Coombsville becomes Napa’s 16th appellation
Posted: Thursday, December 15, 2011 12:00 am
The Coombsville Vintners & Growers group is celebrating because the federal government has approved the eastern Napa region as the valley’s newest sub-appellation.
The news, announced Wednesday by the appellation the U.S. Department of Treasury’s Alcohol and Tobacco Tax and Trade Bureau, makes the 11,000-acre region the valley’s 16th American Viticultural Area (AVA).
Being a distinct appellation allows vineyards to use the Coombsville name on wine labels.
The Coombsville AVA is a sub-appellation of the larger Napa Valley AVA and the multi-county North Coast AVA.
“It’s a great day for all of us that have been growing grapes in Coombsville for decades,” said Tom Farella, co-author of the AVA petition with vintner Brad Kitson.
Farella, owner of Farella Vineyard, added, “Coombsville now has its proper place in the Napa Valley lexicon and on the appellation maps. Since the Coombsville name has been in use for so many years, having it placed among the great wine regions of the world feels a little like coming home.”
The Coombsville Appellation is bound by the Napa River to the west, to the rim of Vaca Range on the east. The altitudes range from near sea level at the western edge of the city of Napa, to about 1,900 feet. at Mount George in the north.
The horseshoe-shaped west-facing ridge of the Vaca Range partially encircles the Coombsville area, helping define boundaries of this newest viticultural area.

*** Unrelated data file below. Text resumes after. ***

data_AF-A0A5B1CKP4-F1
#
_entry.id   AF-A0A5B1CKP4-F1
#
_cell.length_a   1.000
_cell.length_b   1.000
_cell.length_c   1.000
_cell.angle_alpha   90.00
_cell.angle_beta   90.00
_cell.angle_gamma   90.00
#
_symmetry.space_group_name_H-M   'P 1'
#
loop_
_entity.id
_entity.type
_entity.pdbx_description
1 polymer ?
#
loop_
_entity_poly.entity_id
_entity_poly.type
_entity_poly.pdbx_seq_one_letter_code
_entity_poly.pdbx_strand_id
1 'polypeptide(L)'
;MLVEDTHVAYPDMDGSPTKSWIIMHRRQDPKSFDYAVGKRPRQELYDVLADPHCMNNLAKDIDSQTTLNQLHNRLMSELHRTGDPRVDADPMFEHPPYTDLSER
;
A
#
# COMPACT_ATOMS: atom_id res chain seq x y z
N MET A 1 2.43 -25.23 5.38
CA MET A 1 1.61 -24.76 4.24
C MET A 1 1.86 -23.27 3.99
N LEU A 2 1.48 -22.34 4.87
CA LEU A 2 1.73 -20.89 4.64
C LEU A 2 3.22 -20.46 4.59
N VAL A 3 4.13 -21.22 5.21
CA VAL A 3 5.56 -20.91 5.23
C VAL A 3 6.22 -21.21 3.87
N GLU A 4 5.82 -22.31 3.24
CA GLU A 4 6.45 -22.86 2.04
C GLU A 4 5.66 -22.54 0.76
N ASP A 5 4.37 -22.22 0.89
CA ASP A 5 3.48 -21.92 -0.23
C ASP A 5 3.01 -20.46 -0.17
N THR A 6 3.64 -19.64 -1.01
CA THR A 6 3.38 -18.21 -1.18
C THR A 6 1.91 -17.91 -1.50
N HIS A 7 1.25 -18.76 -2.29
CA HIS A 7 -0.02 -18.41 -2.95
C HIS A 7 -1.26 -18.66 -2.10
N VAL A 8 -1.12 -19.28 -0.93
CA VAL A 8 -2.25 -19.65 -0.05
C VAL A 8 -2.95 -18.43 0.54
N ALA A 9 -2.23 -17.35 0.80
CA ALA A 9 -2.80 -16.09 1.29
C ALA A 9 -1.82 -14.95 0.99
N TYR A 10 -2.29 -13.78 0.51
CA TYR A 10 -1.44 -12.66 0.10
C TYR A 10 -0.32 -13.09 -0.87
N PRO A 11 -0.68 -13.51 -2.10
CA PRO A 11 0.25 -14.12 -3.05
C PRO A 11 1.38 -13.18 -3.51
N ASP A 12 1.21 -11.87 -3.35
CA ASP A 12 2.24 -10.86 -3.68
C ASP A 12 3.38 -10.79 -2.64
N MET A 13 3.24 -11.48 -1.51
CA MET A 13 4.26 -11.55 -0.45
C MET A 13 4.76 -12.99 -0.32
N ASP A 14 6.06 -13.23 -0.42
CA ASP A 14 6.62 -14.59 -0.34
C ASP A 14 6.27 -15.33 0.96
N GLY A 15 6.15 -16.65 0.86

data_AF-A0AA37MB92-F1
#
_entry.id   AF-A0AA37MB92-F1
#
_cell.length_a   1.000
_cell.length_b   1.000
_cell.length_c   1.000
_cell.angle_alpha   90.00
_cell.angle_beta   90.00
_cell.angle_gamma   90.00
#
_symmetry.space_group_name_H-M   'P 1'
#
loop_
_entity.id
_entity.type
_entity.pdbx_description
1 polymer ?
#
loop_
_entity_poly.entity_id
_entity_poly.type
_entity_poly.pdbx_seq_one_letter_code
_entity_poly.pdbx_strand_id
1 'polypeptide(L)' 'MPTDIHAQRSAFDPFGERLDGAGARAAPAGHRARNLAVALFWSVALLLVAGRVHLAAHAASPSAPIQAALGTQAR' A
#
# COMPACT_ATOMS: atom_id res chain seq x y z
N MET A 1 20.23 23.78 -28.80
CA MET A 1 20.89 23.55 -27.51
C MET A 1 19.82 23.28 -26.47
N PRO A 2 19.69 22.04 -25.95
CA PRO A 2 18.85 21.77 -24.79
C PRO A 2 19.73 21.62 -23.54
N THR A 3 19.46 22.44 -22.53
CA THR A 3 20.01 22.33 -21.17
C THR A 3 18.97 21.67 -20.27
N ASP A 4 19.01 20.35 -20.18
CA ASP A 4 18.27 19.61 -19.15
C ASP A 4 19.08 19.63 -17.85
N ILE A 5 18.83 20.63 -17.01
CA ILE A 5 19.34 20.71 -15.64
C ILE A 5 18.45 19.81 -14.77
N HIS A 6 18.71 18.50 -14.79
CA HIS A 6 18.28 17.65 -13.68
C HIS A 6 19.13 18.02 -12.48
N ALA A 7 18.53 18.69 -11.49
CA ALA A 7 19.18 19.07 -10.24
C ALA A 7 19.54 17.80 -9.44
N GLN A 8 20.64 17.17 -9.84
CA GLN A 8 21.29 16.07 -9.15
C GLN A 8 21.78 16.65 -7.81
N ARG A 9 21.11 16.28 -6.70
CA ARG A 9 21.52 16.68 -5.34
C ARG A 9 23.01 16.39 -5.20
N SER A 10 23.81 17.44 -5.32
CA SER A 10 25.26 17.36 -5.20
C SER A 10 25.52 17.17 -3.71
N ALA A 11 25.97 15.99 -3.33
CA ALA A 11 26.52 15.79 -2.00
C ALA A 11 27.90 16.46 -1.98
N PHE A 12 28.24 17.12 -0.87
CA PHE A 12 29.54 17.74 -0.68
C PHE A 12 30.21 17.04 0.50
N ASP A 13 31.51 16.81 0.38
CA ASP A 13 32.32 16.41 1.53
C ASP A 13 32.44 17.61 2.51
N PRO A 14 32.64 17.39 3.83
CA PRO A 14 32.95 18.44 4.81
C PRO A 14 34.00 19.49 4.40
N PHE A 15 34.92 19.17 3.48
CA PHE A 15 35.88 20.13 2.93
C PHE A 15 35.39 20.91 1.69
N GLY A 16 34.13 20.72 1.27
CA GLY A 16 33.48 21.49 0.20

“I think when people see it on the map they will wonder why it wasn’t there all along because of how it fits into the puzzle pieces of the Napa Valley as a whole,” Farella said. “It may have taken awhile to happen, but now it’s locked in and we are very proud of that.”
The Coombsville Vintners & Growers include 25 wineries, all small, family-owned producers and 15 growers. Visits to the wineries are by appointment only.
The main varietals grown in the Coombsville appellation are cabernet sauvignon and other Bordeaux varietals, syrah, chardonnay and pinot noir.
One reason for the effort to designate Coombsville as a separate appellation is that its soils, geography and climate differ distinctly from nearby regions, according to a news release from the group. It noted that the Coombsville soils are dominated by the volcanic rhyolitic tuff — sedimentary rock and lava flows — of the Vaca Range on the eastern side of the Napa Valley.
Most of Coombsville’s vineyards are located in the wide alluvial deposits created by the wearing down of the hillsides, it noted. “These soils are abundant with rock and gravel and, in some areas, are also layered with volcanic ash deposits from Mount George.”
The proximity to the San Francisco Bay contributes to the temperate climate of Coombsville. The cooling effects of marine fog occur earlier and last longer than in the more northern regions and temperatures are less extreme during the winter frost season. Bud break is often sooner and harvest is usually later, leading to a longer growing season.
“The members of Coombsville Vintners and Growers welcome the newfound attention to our little corner of Napa Valley,” said Coombsville Vintners and Growers President Rebecca Sciandri Griffin, from Sciandri Family Vineyards. “We are excited to showcase the amazing vineyards in Coombsville and the distinct and beautiful wines that are being made in the 16th AVA of Napa Valley.”